From Mon State to Karen State: Traversing the end of Salween River, Listening to communities shouting “No Dam” ( 1 )

Local fishing boats at the Salween River, Mawlamyine.

From morning to evening the vast water mingles with the small fishing boats. There are two or three people on board each of them. Concentrating on casting their nets, they don’t notice the scorching sun during the day.


The lifestyles of the people at the estuary of the Salween River are still idyllic, even though diminished. The water also still sustains many plant and animal species. The water’s long run and collective prosperity became the source of the millennia-long civilization of the Mon race.


As the river flows through the mountains and deep rock crevices for more than 2,800 kilometers from the south of Tibet, traversing through the land of many communities and no less than 16 ethnic groups and continues to the border with Thailand (for about 120 kilometers around Mae Hong Son), it is hard to believe that it becomes vast and calm as a lake surrounded by large and small islands when it flows into the sea at Mawlamyine.



Our group of Thai of journalists supported by the Communicative Skills Improvement Project went into the area of Mawlamyine in Mon State and Pa-An in Karen State near the border of Myanmar to gather information and listen to the voice of the communities about the Salween River dam projects, especially the Hatgyi dam project in Pa-An, a border city of Mon State.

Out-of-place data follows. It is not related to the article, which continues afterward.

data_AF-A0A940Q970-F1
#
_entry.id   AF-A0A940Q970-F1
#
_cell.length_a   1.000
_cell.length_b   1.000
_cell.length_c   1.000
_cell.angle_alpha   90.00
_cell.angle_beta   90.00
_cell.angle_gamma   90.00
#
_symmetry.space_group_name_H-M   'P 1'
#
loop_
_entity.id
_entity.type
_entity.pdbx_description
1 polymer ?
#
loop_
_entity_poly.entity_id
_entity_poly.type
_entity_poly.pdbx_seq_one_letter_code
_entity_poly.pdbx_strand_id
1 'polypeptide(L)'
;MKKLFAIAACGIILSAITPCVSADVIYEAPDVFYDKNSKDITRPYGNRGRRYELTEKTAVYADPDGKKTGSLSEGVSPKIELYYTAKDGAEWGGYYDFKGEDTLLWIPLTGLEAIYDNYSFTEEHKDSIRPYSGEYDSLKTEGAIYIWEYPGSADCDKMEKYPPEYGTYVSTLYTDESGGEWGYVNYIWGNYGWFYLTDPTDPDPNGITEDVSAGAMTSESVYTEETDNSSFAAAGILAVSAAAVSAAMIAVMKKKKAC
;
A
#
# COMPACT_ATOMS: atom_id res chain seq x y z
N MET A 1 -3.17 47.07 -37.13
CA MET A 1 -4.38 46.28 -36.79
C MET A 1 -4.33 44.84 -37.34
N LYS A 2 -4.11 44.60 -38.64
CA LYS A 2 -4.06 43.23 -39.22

Today the Salween River continues to flow freely to the estuary. The ecosystem along the river has changed little. The main issue is the deforestation of the watersheds which affects the various species of fish that spawn in the canal fields. As it was, same as Than Lwin Market is still bustling with buy-sell fish much.


“Most people don’t know about the dam project on the Salween River and they don’t know what will happen to them if it is built. Even now some creeks have stopped flowing. The villagers have had to move to other places in order to make a living. Some people have chosen to go abroad.” , Mrs. Ah Chai, a member of the Mon Youth Progressive Organization (MYPO) talked about the information collected by the local MYPO (by the year 2551) who conducted a research survey on the impact of building the dam on the Salween River.


“Also, earlier, Mon youth groups had collected data in the villages. It found that the villagers were facing hardships due to the salt water driven further inland, diminishing the supply of fresh water from the Salween River. There is probably due to the deforestation of the watersheds.”


Our group had the chance to cross Takow Kamai island. This is the largest of 20 islands in the Salween River estuary. There are 80 villages on the island. Most of the villagers’ livelihoods are fishing or farming. They are led by Dr. Aung Naing Oo (Mon State MP) and Outa Jay (monk).


The most prominent sights upon stepping onto the island are the large piles of stacked scrap wood. This scrap wood came floating down the Salween River. The villagers collect it and use it as firewood; it has become an important energy source for the island.


The local MP took us to see the headman’s (Mr Oo Thin La) tomato field. Mr. La recalled that rice crops were very good before. But since 5 to 6 years ago, the rice crop was dropped because the soil becomes too salty. The villagers turned to growing tomatoes because of the high level of sea water in November and December.